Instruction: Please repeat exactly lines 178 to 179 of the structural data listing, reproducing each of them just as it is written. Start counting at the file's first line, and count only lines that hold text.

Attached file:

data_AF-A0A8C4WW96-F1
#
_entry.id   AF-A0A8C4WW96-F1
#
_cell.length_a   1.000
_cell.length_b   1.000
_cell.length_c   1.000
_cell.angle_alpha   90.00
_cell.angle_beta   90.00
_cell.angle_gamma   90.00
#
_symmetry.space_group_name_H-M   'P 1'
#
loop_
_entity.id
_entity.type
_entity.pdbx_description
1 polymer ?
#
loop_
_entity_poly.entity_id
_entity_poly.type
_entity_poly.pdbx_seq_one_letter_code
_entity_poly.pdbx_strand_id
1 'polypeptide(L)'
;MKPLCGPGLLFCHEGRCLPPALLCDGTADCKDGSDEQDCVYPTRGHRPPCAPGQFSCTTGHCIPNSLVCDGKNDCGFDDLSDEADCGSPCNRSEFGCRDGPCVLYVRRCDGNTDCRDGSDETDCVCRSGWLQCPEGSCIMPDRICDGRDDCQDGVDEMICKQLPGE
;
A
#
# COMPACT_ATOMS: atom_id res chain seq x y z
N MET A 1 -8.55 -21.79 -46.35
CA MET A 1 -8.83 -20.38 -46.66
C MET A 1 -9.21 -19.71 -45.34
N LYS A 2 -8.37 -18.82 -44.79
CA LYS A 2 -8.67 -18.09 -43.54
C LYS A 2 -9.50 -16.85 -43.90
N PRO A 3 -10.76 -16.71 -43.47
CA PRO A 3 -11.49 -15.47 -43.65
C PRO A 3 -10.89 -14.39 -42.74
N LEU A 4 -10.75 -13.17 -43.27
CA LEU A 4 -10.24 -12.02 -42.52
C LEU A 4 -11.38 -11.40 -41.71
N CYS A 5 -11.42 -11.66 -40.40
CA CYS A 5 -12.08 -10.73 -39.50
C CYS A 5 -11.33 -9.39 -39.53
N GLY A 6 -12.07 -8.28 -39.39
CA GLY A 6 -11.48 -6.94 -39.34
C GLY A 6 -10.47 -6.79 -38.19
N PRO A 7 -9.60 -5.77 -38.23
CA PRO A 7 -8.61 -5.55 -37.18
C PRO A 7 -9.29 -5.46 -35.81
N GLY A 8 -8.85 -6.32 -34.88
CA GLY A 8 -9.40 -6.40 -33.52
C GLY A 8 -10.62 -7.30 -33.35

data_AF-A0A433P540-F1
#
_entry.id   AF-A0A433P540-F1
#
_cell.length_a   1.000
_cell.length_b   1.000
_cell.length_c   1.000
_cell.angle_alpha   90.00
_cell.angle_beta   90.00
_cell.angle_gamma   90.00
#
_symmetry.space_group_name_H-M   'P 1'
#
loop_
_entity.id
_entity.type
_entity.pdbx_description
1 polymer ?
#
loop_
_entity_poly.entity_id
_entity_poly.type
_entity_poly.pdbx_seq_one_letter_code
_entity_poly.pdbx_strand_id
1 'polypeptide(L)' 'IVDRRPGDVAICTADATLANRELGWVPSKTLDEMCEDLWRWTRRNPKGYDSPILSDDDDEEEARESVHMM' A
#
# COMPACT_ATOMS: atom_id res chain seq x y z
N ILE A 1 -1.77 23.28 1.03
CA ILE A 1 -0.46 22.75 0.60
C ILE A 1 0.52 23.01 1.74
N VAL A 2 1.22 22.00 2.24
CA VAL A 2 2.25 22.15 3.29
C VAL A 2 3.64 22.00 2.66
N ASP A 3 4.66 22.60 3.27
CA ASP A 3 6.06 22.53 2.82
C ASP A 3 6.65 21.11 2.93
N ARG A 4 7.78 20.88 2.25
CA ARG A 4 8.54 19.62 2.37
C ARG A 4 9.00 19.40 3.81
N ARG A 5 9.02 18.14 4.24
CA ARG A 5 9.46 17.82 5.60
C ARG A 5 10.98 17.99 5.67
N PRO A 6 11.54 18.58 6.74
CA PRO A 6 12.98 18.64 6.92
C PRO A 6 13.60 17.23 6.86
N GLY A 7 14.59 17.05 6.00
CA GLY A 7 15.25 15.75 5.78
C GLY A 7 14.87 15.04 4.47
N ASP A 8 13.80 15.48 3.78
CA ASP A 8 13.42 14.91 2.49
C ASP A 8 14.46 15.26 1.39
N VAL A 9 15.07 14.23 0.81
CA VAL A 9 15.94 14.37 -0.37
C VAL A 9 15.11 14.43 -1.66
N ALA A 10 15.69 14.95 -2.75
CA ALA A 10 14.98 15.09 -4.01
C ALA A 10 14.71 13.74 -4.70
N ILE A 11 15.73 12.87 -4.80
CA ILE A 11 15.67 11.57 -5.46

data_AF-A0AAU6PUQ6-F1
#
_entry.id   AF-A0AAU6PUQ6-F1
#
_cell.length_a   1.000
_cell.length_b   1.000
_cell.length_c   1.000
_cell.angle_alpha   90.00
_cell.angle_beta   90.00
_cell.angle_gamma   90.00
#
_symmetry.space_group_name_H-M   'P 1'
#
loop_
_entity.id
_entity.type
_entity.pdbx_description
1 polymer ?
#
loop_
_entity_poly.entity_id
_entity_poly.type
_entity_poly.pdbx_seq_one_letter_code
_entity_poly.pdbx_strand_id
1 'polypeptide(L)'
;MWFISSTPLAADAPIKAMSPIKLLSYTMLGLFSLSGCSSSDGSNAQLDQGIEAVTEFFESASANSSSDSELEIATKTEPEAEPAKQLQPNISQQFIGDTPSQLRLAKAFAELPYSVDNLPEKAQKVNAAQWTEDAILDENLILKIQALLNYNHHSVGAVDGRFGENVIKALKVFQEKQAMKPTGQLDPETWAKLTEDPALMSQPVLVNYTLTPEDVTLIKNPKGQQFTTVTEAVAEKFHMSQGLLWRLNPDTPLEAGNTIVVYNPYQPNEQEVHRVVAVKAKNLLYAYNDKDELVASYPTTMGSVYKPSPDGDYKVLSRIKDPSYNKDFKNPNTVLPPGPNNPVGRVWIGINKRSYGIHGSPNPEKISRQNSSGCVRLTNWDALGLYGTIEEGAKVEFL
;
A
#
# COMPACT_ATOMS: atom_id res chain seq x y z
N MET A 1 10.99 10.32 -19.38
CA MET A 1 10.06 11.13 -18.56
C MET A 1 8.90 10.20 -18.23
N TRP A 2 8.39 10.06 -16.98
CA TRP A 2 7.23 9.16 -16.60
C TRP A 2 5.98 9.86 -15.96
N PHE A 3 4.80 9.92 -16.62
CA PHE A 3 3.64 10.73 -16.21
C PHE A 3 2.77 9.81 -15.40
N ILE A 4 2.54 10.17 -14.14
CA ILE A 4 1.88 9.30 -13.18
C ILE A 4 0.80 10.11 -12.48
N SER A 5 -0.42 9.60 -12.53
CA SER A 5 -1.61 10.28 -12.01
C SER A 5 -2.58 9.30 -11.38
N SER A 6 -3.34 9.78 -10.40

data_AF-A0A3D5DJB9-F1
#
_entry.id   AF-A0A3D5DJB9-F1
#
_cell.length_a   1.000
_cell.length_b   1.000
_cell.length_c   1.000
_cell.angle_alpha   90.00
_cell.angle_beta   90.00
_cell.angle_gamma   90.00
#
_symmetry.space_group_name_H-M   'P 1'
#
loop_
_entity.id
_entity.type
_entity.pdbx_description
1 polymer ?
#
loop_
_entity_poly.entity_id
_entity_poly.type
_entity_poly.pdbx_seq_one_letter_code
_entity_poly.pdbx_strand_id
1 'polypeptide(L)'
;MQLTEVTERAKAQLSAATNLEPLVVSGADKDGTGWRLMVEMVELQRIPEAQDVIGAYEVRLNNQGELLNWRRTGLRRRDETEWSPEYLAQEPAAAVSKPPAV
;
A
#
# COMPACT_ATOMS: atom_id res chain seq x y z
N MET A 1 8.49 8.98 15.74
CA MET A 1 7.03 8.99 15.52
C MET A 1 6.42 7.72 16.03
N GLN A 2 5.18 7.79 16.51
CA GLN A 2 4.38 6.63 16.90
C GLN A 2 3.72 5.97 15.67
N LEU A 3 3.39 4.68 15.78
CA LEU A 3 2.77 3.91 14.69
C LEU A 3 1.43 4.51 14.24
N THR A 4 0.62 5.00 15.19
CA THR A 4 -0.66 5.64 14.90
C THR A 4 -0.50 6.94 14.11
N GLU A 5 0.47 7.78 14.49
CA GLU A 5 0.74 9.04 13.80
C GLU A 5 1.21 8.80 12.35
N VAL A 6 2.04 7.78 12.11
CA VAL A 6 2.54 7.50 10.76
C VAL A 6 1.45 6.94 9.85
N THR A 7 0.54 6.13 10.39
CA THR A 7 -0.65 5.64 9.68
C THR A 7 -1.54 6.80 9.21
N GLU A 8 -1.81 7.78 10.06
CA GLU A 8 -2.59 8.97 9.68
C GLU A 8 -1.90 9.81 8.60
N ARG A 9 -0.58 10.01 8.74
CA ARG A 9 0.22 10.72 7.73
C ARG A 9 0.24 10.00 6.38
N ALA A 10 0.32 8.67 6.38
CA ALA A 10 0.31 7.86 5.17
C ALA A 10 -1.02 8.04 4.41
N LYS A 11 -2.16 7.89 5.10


#
loop_